She looked up at her husband with a sharp lift of the head as the ring married them. He was white and he made his answers in a voice that she had never heard before. ‘Oh, how he feels it!’ she thought to herself swiftly, with a rush of wonder and thankfulness to him for the whiteness of his face and his shaken voice. ‘It’s his marriage, you see, as well as mine. I hadn’t understood that somehow. Strange—it’s as big a thing to him as it is to me. Who knows, it may even be bigger! He’s frightened too by the change in his life, just as I’m frightened. Oh, if we both feel frightened together in the same way, then we know each other, then we shall surely be happy!’ These thoughts fleeted through her mind as his lips began the strange, familiar—“With this ring——”

Then they knelt together.

But when the parson, stooping to them, had pronounced them man and wife and had straightened himself again, he turned upon his clerk in a savage undertone, his head jerked sideways—

“Who’s behind the door? Quiet them there, can’t you? What lout’s behind that door? See to it!” And so returned to the blessing.

But, though the service halted for him, the clerk, when his turn came to bless all that feared the Lord including the bewildered bridal pair, refused to proceed until he had cleared up with the parson this problem of the lout behind the door.

“All doors are shut, your reverence!”

“Vestry door, you fool! I tell you some one’s there!”

“Shut, sir, and locked. Look ye, here’s the key.”

Said the parson—

“Are you drunk? I heard the latch go. I heard the click of it. And a wind like a knife went by. See, there’s a candle gone out. Here, give me t’other one—come along now!”

He seized the altar candle, whose flame was still enough now. It dwindled up to the rafters in a straight unwavering line as if the flame were a woman-devil’s distaff from which a thread was being drawn out and upwards to be wound upon a star.

Followed by the clerk and swearing at him, the parson shuffled across the choir floor to the vestry, leaving before the altar his married couple newly risen from their knees. Menella faltered—

“Jamie, what’s the matter with them? What is it? What was it? Did you hear anything? The candle did flicker. I saw it. I felt the wind. Didn’t you? But—a latch dropping—I never heard that.”

“A latch?” He started: he gasped: he was unaccountably moved. He put his hand to his head and looked down at her with the air of a man chasing an escaping memory.

“A latch? A latch? Where did I hear——? Who said—who spoke to me of a latch dropping?”

Menella said—

“He said so—the parson—that dreadful man.”

“Was it that? Was it he?” And then, as their situation dawned on him, he began to rage—“They’ve been drinking! Drunken swine! That such a man should be countenanced——! My dear, that I should have had to bring you here! I can’t forgive myself.”

She said—

“Why do you trouble? He—they—nothing can spoil it—nothing can come between us. We’re married.”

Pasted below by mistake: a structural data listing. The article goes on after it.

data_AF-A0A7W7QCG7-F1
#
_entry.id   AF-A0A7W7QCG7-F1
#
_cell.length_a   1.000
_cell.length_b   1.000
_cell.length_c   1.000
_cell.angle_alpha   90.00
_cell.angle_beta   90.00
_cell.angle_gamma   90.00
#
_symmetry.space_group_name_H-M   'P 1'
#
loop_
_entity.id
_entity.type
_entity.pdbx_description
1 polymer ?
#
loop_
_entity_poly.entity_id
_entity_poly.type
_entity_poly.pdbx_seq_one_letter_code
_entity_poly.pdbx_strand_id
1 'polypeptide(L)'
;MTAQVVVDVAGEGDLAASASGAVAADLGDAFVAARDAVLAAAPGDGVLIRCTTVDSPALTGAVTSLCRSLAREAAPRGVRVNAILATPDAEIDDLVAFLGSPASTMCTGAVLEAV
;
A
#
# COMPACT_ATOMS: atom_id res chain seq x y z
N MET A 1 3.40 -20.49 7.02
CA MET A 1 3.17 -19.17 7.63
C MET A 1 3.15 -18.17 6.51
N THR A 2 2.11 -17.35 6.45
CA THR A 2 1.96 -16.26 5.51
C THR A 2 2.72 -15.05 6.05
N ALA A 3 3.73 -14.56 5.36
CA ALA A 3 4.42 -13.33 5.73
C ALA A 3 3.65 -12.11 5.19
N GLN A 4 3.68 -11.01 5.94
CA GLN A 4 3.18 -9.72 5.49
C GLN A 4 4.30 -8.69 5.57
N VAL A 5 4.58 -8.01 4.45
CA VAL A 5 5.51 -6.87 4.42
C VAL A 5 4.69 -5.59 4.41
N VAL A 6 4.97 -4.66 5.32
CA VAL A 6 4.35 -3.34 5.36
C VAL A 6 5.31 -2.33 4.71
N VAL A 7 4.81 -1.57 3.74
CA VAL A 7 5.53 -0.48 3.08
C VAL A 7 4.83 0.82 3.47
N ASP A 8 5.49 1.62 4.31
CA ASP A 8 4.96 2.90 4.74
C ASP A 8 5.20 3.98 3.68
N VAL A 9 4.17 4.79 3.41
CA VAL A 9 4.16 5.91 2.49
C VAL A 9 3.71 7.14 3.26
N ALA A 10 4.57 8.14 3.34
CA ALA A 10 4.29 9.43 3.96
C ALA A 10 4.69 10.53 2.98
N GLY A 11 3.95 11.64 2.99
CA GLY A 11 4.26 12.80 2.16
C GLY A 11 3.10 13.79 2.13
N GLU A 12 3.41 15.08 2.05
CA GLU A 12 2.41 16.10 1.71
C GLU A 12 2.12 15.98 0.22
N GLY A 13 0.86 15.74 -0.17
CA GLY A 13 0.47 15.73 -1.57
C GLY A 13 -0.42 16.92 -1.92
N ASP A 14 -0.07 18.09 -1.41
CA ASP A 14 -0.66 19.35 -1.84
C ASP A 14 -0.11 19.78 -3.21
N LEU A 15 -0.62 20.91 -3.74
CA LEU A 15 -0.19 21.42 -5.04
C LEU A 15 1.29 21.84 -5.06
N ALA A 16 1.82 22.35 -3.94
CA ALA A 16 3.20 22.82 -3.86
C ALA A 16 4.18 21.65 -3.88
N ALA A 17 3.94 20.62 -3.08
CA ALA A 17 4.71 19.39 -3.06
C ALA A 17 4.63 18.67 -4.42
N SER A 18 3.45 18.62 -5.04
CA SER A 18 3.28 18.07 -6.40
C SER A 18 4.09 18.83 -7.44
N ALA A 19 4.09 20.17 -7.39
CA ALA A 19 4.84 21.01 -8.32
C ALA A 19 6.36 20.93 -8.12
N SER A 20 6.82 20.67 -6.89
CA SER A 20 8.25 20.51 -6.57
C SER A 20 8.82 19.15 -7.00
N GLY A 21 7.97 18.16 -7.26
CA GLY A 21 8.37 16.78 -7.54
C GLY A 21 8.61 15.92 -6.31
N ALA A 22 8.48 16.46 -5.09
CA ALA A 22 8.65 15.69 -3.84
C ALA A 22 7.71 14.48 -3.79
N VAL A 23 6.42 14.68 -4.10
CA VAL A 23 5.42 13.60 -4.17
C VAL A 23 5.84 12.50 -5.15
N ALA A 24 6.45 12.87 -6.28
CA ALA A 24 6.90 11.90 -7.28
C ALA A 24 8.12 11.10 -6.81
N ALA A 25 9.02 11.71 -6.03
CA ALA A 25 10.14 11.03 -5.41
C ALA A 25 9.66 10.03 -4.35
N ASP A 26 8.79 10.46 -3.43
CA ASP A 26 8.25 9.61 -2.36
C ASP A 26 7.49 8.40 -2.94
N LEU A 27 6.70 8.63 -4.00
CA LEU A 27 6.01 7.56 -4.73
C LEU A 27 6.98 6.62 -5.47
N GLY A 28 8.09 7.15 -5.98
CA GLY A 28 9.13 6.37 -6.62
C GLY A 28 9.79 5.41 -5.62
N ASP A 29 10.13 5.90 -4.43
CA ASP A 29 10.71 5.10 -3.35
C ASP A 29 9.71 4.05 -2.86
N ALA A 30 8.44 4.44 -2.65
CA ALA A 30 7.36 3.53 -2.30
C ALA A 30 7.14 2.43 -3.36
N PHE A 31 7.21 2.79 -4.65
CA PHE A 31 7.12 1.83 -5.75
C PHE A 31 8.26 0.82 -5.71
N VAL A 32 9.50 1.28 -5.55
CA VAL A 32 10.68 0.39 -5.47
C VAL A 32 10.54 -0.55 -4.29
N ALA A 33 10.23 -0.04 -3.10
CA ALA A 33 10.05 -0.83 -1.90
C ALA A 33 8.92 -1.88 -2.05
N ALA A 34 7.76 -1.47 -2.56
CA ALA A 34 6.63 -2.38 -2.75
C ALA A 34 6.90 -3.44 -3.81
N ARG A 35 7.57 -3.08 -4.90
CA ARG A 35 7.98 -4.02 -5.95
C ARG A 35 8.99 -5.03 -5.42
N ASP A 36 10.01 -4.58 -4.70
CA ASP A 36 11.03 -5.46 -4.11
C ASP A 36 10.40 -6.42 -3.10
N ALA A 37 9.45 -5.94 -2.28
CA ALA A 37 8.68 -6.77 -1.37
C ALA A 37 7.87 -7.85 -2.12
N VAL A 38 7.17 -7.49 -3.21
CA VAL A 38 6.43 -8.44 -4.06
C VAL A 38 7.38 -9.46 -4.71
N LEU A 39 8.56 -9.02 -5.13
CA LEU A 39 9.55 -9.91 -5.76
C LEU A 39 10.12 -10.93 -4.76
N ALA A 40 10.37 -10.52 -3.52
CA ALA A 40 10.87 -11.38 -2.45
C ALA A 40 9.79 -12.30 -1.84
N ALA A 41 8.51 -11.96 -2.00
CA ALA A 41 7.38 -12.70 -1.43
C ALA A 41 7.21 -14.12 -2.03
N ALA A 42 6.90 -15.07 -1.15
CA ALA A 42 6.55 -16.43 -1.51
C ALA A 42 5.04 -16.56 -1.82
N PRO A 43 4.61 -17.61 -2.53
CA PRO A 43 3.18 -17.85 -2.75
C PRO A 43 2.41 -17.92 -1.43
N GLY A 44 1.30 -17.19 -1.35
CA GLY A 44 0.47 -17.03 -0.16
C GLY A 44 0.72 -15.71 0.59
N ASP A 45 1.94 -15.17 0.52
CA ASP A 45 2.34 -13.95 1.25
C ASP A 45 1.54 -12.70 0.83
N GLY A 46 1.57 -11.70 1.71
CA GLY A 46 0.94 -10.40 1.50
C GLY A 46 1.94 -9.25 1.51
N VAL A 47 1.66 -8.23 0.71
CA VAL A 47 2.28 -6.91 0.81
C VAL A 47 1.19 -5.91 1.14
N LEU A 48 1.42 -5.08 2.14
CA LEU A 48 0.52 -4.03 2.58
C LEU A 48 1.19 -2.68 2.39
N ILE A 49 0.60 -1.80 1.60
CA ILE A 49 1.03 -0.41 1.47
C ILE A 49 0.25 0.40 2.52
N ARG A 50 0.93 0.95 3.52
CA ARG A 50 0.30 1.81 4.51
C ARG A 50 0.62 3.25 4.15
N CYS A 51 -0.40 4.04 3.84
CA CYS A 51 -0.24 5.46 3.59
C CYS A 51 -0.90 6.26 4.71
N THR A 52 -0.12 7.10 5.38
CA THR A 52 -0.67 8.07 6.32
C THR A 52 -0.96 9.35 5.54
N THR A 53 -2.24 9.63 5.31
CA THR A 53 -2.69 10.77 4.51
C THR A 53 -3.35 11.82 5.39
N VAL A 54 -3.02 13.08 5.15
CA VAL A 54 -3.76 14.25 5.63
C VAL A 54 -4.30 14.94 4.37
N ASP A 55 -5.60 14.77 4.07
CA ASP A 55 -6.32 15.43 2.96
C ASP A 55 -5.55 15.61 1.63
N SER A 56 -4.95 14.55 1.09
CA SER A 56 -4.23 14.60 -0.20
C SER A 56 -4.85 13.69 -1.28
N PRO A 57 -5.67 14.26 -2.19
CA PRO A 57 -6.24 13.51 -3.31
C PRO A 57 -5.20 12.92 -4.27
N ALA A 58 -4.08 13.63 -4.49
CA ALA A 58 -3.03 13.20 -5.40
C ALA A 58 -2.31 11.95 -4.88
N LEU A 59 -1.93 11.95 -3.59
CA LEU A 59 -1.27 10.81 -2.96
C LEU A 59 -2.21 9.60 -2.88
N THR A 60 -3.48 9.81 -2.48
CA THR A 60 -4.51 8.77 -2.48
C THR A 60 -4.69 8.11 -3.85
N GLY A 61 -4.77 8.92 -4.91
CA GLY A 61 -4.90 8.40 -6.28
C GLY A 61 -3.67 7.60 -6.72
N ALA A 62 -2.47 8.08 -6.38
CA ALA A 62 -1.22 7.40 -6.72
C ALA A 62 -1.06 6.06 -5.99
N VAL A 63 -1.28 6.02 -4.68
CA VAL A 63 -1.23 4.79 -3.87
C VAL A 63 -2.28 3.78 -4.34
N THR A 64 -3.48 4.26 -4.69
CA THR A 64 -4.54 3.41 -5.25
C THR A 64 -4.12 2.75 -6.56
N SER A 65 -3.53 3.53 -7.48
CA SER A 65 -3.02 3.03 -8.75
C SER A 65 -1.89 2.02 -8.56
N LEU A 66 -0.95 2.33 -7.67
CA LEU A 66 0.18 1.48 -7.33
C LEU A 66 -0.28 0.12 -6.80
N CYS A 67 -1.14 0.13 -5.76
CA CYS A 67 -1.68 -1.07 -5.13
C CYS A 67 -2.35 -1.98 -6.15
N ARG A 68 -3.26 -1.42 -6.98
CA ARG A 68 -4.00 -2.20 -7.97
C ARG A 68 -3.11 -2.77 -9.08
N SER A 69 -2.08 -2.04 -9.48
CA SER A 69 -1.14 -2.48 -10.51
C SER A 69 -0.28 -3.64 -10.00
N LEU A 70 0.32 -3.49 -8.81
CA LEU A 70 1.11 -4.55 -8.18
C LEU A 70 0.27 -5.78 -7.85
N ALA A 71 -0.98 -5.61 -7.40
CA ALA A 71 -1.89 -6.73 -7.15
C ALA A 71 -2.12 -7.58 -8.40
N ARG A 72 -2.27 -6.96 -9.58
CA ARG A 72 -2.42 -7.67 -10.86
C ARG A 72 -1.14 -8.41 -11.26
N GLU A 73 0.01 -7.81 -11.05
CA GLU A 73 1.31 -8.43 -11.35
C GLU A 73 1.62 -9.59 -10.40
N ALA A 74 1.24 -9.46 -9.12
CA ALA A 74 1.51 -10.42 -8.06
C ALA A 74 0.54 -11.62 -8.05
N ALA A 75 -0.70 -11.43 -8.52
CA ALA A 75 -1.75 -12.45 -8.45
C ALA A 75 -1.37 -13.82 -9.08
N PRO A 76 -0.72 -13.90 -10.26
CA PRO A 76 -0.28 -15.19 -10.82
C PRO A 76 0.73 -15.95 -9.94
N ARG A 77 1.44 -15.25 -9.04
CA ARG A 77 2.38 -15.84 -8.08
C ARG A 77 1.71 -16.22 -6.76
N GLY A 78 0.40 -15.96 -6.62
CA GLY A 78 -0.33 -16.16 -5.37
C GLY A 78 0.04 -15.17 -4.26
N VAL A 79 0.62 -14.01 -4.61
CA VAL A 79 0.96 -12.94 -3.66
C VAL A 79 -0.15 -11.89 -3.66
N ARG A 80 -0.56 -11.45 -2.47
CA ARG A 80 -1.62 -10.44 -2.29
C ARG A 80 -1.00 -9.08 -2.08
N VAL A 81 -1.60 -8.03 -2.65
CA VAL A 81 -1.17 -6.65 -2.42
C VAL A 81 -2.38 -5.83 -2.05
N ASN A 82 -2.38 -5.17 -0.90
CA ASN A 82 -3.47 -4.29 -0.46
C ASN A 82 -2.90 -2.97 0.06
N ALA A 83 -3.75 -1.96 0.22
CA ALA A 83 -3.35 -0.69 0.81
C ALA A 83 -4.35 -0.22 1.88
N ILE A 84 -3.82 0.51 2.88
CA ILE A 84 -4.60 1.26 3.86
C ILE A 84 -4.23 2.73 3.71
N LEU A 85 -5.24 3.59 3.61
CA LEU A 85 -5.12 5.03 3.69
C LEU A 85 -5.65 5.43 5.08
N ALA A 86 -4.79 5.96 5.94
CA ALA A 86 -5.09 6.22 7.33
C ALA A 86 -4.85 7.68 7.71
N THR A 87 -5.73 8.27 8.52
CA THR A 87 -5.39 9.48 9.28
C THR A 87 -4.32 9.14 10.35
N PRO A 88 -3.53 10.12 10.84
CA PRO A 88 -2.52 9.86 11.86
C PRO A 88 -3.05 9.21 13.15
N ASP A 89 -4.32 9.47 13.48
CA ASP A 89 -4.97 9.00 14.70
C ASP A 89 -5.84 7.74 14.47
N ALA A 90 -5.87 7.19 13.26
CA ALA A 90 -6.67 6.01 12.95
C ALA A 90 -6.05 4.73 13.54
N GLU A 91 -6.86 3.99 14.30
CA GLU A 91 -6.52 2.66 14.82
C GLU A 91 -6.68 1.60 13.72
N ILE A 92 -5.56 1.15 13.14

The parson was returning.

“My dear sir—ahem, madam—apologies—a trick of the hearing—a trick of the light. It’s as he says, quite empty—swept—ha—hum—and garnished. But I swear to you I heard the click of a latch, and with these gentlemen of the town making no bones how or what they rob—the own house of—ahem—my lord Sandwich three nights since—I was bound to check and search. A click of the latch—gently lifted—could ha’ sworn it. Well, sir and madam, to the matter once more—ahem!” He fumbled anew the leaves of his tattered book.

Said Sir James Babyon, his lady on his arm, stammering a little, but fierce of eye—

“We’ve had what we wanted of you, sir! We are married, I take it? Then, sir, the marriage lines for my wife here! We’ll do without your blessing.” And so moved hot and stately to the vestry.

The parson was accustomed to the whims of his patrons, for his chapel was as much used by the rich, the titled and the familied seeking unostentatious wedlock with unequals, as it was by the adventurers and adventuresses of the town. His office was too convenient, indeed had been too often used by authority, including, it was whispered, by a Personage himself, to be lightly illegalised. It was the parson’s boast that no one, Doll or duke, walked up his aisle and knelt at his altar without coming out as strictly wedded as if they had been coupled in St. Paul’s. Instructing his successor and son, born (said the alehouses) without the benefit of even such clergy as he, he laid it down that ‘Eyes have they and see not, and ears have they and do not hear’ was written for the special instruction of the cloth, and that the parson with his mouthful of questions got paid in pence when he himself, with a still tongue, blind eyes and short ears, earned guineas. He therefore lifted not an eyebrow nor flickered a lid at his young client’s address, but followed meekly to the vestry, superintended the signatures of the witnesses, completed the certificate, received the guineas and bowed his clients down the nave and out at the porch with an air. But as the coach drove away into the lightening greys of the morning, he had a word for his clerk, awake by this time and grown chilly as the dawn.